Patriots' Paths, a multi-year outreach program, helps communities within the heritage area recover the lost stories of how their towns made history immediately before, during and in the wake of the American Revolution.
To date more than twenty teams of citizen researchers, working with award winning historian Mary Fuhrer as a guide, have researched primary source evidence. Their goal is to uncover how real people responded to and participated in this pivotal period of American history. Farmers, widows, Loyalists, spies, local merchants, youth – all had a view and a voice in the growing struggle to articulate individual rights and liberties.
In 2014, these stories were woven into a dramatic script that presented the moving story of how individual communities — each in its own way, yet all to the same end — came to embrace and prepare for Revolution. Presented in a series of free public programs throughout the heritage area, the presentation has been modified and piloted in several area high schools and is being adapted for additional use.
The creation of individual scripts for individual towns is ongoing. As the stories unfold, they will be used to enrich school curricula and support public exhibitions, programs and news media to share how their community embraced and prepared for the American Revolution.
Patriot's Paths is a multi-stage project. In coming years, we will expand our study of local records to explore our towns’ participation in declaring independence, participating in the Revolution, and shaping the early years of nation building. This is a vibrant, exciting period in our history, and your town played a role.
As part of the Patriots' Paths program we have developed the following initiatives:
STAMP ACT IN OUR TOWNS
A joint program of Freedom’s Way National Heritage Area and the American Antiquarian Society in which participating towns investigate local responses to the Stamp Act, from public and written protests to sermons and town resolves.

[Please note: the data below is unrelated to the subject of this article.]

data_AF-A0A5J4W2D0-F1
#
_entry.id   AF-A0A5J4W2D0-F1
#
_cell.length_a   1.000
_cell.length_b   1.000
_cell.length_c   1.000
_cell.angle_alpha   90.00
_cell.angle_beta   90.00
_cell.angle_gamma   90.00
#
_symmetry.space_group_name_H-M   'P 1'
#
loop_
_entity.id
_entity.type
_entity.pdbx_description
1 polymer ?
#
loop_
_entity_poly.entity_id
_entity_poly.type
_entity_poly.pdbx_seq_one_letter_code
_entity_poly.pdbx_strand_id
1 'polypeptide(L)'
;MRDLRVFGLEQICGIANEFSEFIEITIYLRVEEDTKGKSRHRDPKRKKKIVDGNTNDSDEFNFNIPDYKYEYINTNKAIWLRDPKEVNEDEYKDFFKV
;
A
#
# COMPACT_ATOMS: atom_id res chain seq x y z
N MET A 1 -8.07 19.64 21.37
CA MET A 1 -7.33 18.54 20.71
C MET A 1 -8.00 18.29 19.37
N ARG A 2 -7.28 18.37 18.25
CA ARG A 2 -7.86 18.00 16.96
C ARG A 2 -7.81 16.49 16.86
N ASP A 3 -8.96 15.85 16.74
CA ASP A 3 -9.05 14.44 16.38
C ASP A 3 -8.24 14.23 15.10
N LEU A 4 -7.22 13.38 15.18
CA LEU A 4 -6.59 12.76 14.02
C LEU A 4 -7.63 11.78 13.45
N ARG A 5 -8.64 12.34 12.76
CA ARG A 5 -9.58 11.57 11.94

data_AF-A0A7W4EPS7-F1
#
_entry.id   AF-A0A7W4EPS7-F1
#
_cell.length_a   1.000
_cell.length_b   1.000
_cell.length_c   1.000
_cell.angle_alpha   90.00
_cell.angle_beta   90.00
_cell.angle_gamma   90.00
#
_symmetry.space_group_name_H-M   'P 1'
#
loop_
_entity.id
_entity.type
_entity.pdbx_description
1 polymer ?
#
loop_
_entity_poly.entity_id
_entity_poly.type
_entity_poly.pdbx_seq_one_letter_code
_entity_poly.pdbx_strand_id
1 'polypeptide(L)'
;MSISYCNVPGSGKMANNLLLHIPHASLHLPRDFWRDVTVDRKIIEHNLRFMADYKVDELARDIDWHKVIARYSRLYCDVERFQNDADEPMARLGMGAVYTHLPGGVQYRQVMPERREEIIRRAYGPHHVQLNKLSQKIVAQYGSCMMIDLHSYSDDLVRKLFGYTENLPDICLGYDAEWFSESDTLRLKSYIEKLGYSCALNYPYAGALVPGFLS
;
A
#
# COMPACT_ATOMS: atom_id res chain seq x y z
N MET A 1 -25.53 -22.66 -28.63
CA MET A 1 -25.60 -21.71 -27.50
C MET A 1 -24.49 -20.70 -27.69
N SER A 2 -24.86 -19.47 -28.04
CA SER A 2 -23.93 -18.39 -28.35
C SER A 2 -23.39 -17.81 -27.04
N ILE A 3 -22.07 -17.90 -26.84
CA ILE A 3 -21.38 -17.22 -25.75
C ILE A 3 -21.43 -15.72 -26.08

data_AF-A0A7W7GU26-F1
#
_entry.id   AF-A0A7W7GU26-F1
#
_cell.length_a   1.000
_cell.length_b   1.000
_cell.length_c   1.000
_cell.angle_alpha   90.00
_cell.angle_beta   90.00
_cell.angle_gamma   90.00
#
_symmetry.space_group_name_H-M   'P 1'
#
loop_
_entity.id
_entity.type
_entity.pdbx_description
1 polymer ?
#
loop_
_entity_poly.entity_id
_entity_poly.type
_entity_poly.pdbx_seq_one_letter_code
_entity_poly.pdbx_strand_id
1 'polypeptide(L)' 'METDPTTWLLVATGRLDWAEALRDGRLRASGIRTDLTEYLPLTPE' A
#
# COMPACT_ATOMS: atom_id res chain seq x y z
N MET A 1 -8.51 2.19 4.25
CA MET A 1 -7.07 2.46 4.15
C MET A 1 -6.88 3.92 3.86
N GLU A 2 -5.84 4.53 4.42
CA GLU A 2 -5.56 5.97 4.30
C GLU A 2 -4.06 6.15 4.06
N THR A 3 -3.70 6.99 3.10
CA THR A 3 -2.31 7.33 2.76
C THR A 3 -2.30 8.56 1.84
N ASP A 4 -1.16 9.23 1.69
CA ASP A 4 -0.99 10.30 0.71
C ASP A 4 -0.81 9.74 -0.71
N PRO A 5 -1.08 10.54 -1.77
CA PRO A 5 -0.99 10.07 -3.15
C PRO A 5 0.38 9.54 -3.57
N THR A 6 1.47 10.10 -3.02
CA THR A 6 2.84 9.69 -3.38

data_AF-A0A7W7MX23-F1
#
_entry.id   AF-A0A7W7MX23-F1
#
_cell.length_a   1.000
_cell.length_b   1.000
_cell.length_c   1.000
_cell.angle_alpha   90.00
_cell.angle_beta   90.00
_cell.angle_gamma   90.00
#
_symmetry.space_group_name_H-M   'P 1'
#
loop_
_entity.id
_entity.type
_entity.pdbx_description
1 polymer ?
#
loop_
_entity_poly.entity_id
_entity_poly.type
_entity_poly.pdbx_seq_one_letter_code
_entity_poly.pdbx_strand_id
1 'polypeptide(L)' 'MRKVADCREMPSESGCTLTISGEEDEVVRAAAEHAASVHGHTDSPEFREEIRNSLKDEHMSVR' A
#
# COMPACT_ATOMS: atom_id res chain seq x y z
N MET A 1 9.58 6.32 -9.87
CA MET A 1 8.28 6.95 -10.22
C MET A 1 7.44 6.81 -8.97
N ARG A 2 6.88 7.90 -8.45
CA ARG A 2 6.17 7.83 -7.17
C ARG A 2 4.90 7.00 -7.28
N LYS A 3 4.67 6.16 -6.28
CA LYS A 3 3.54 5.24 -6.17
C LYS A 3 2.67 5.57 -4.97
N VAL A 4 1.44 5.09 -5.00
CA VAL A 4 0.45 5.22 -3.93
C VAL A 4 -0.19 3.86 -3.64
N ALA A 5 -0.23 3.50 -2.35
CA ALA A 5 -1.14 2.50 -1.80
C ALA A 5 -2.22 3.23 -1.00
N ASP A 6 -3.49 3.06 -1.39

The program focuses on recovering the specific ways in which local towns articulated their rights and resisted incursions on their liberties. Our citizen historians use newspapers, sermons, journals, local town records and other primary sources to discover how the people of their town participated in this opening salvo of the Revolution.
DECLARING INDEPENDENCE – THEN & NOW
A joint program of the Freedom’s Way Heritage National Heritage Area and the American Antiquarian Society. Citizen-historian teams conduct primary source research revealing how individuals within their communities debated and responded to the Declaration of Independence.
Interpreting Your Town Meeting Records 1765-1775
Researching Characters: Potential Resources for Patriot’s Paths Towns
Finding Evidence: The Declaration of Independence in Your Town
Sources and Stories (Paths of the Patriot’s)
Responses of Freedom’s Way Towns (includes an overview of the Stamp Act Timeline)
Stamp Act Power Point and Notes
Declaring Independence (2016)
Annual Meeting (2014) Path’s of the Patriots: The Untold Story – Along the Path of Revolution
Leominster’s Road to Revolution (2015)
Sudbury’s Road to Revolution (2015) Don’t have the presentation
Lexington’s Road to Revolution (2016)
Bolton’s Road to Revolution (2016)
Annotated Reading Script
Text: Groton’s Women’s History Talk (Uses Lexington as an example of the role of women)